Retail candidates are almost twice as likely to prefer the ability to choose their own shift schedule — 31% versus 18% among U.S. candidates. The ability to work compressed shifts or a shortened work week is also a key focal point.

Retail employers can look to the restaurant industry for lessons learned. In many restaurants, trading shifts is now automated through apps that empower employees to manage their own schedule and ensure managers of shift coverage. Even smaller initiatives can make a difference; shifts can be timed to coincide with school drop-off and pickup or weekend shifts for students can be streamlined through an app.

Look in new places but respond quickly
Retail candidates, in particular, want to apply for jobs via apps on their smartphones. Over half (53%) of candidates asked are willing to apply via an app. Students who often applied to colleges using universal applications now expect the same when applying for a job. Apps that facilitate applications appeal to the one-click ordering mindset.

However, retailers don not have to reinvent the wheel. Employers can tap into existing apps specifically targeted for retail workers and must be prepared to respond. Candidates who apply for jobs via mobile apps, also tend to apply for more jobs. The employer who responds first often responds best as candidates expect to engage quickly. Failure to be responsive erodes employer brand and customer loyalty.

Collaborate for talent
Companies growing their part-time workforce can benefit from new talent communities, such as innovative collaborative hiring systems. Collaborative hiring is especially useful for retailers, where seasonal needs are predictable. Sharing talent pools with other companies can mitigate risk, reduce costs and increase agility.

Technologies, such as WorkMyWay.com, offer companies with similar profile needs a single career portal. Candidates leverage their skill sets across employers and decide where they want to work. Companies with strong employer brands will have a new way to pool qualified talent for the exact right time of need, and smaller companies will benefit from being associated with larger names.

As retail continues its transformation and moves towards appealing to a modernized workforce, targeted outreach, a good candidate experience, a strong employer brand and a willingness for creativity will make a significant difference. Understanding candidate preferences is critical. Today’s employees are looking for the power to choose a schedule that meets their individual needs. Employees are among the most powerful assets retailers have in a changing marketplace and flexibility may hold the key towards keeping pace with today’s 21st century workforce.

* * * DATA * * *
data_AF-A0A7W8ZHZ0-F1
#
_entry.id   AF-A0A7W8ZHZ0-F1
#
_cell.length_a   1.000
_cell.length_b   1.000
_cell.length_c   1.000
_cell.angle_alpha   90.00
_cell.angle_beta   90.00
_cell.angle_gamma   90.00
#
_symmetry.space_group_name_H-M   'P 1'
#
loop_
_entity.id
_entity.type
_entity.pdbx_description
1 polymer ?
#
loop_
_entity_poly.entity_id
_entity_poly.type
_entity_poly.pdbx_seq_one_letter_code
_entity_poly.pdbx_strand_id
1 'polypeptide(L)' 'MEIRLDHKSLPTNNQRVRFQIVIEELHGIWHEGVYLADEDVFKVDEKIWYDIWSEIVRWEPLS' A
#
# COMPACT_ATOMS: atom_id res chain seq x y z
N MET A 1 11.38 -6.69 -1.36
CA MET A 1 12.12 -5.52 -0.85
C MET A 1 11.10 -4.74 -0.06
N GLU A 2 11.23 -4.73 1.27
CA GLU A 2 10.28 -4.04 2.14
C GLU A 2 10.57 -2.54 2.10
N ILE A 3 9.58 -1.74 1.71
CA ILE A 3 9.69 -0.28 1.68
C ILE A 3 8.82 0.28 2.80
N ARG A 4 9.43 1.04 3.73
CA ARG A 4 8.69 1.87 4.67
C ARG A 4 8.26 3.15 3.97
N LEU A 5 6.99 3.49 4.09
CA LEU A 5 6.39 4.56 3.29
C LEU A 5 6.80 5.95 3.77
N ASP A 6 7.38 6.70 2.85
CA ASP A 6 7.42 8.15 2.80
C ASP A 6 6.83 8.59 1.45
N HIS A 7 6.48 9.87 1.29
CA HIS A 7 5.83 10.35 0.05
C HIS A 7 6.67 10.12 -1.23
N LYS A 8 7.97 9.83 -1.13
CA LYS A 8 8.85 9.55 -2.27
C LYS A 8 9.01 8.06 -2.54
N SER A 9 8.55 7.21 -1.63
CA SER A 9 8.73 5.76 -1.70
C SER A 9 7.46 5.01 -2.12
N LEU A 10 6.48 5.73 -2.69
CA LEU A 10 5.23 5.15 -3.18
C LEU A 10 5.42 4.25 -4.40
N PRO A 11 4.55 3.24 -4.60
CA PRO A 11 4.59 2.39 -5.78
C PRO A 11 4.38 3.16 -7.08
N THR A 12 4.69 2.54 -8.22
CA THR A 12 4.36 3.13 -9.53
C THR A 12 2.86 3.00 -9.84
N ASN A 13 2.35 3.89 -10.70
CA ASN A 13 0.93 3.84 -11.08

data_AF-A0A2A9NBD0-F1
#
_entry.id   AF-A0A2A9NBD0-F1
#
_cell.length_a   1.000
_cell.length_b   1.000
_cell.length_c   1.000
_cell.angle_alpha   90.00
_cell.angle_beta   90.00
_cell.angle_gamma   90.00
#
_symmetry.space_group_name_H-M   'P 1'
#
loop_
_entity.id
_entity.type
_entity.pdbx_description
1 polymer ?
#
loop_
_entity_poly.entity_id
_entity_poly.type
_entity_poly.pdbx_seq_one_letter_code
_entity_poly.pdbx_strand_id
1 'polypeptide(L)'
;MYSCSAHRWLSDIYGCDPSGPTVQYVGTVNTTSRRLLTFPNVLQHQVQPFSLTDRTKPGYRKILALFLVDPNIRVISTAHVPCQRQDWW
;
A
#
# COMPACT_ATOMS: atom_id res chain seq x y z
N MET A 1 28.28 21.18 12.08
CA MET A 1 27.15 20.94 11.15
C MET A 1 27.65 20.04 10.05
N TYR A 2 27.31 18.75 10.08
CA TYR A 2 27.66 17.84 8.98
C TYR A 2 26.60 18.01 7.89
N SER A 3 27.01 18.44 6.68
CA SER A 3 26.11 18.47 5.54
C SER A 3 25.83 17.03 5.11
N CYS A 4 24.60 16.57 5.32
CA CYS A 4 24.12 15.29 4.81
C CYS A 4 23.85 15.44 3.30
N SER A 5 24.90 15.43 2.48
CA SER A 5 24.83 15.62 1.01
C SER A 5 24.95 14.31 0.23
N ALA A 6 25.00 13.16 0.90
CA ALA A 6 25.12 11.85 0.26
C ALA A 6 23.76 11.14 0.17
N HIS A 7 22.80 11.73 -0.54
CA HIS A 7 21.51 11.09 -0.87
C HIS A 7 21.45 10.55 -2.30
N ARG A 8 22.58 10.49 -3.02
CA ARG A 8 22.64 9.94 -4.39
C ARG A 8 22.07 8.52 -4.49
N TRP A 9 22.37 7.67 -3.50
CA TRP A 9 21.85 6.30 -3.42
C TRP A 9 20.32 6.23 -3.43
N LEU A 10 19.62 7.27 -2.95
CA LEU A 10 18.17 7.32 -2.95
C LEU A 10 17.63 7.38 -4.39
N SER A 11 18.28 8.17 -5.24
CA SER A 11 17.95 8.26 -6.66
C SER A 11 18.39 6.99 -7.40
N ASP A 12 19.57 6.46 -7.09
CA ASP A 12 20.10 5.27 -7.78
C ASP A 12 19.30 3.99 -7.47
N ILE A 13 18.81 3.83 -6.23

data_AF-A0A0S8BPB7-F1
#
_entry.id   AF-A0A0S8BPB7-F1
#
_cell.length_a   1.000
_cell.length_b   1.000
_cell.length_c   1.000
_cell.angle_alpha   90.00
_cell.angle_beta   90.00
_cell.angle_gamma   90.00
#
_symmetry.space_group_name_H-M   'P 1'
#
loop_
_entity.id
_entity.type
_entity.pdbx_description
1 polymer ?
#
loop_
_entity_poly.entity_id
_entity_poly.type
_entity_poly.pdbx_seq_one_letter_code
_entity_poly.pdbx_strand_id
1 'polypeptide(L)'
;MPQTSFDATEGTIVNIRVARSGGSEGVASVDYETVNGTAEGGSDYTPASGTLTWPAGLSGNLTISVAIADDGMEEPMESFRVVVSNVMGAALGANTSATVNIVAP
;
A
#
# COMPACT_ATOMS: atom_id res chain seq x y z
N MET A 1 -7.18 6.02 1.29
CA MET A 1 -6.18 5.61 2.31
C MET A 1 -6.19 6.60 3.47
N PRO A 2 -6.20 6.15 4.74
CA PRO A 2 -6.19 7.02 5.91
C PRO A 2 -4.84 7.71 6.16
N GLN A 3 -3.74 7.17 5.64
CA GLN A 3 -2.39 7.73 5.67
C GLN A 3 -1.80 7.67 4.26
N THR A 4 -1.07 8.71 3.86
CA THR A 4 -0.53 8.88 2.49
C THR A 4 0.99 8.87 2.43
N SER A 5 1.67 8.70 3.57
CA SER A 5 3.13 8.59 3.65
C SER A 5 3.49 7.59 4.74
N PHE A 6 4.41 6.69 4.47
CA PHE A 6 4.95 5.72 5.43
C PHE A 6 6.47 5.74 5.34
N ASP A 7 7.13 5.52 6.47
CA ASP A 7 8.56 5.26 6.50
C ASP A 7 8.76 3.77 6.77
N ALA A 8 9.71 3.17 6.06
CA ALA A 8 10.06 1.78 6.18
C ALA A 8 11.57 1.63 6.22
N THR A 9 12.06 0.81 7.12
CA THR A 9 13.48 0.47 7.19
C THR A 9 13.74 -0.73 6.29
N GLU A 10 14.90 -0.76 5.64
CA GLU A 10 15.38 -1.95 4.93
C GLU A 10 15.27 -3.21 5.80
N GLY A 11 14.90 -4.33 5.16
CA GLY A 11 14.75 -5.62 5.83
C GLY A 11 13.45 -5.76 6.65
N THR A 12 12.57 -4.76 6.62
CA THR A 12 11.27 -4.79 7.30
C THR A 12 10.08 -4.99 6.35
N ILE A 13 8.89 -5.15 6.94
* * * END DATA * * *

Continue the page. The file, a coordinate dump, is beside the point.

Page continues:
Jim McCoy is global practice leader, ManpowerGroup Solutions; Melissa Hassett is VP, client delivery, ManpowerGroup Solutions; and Evan Armstrong is VP, government affairs, Retail Industry Leaders Association (RILA).

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M.Hassett says:
Oct-30-2017 02:49 pm

Many retailers I speak with are surprised not to see comp and benefits on the list of top things employers can do to attract and retain talent. Feel free to reach out anytime if you would like to discuss these methods further... [email protected]

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Discounter partners with retail accelerator program start-up to monitor product inspections

BY Deena M. Amato-McCoy

Target has found a way to get more visibility into its vendors’ production efforts.

Product inspections are often a manual, time-consuming process — a practice that Target knows first-hand. After handwriting details about merchandise, including potential product defects, inspectors create a report which may not get into the retailer’s hands until a few days later. However, it can take weeks for the information to get back to everyone involved, according to Target’s blog, “A Bullseye View.”

Target hopes to solve these issues with a solution from Inspectario, a start-up firm that developed a Web- and mobile-enabled platform that provides real-time transparency into factory work happening around the world. Specifically, the platform can manage purchase orders, book inspections, generate reports for retailers, predict defections in products, and provide factory risk assessments and reports on their inspections.

The discounter is currently rolling out the technology platform with 50 of our apparel vendors in Vietnam, Cambodia and Thailand.

“This kind of transparency will allow us to make real-time decisions about our products,” said Irene Quarshie, Target’s VP of product quality and responsible sourcing. “Second, it will help us greatly improve the consistency and quality of the products we offer, making it really clear where and how they’re made — that’s something guests care a lot about and have come to expect from Target.”

Target is no stranger to the start-up company — Inspectario participated in the discounter’s inaugural Target + Techstars Retail Accelerator class. Following the program, Inspectario raised $3.7 million in seed round of funding. Investments were led by Target, with smaller contributions from Matchstick Ventures, a Minneapolis-based venture capital firm, and Techstars Ventures, according to The Star Tribune.

To learn more about the partnership, click here.